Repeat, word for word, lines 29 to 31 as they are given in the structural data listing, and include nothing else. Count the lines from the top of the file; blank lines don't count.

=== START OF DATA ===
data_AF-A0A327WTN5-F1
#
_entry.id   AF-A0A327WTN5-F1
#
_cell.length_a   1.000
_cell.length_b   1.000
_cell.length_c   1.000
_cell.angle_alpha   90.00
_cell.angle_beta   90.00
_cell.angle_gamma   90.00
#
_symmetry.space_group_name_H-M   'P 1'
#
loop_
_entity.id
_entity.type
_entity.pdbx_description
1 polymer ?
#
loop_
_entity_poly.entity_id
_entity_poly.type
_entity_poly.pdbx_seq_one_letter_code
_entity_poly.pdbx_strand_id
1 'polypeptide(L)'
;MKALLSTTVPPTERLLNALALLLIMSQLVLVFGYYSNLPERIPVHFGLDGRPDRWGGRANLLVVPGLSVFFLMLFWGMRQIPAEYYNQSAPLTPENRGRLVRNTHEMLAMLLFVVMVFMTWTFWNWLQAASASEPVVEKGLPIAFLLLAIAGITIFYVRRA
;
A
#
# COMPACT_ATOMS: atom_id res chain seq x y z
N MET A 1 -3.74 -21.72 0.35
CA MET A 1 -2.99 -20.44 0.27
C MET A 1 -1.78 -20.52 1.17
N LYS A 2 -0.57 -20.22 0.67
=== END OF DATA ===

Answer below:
#
# COMPACT_ATOMS: atom_id res chain seq x y z
N MET A 1 -3.74 -21.72 0.35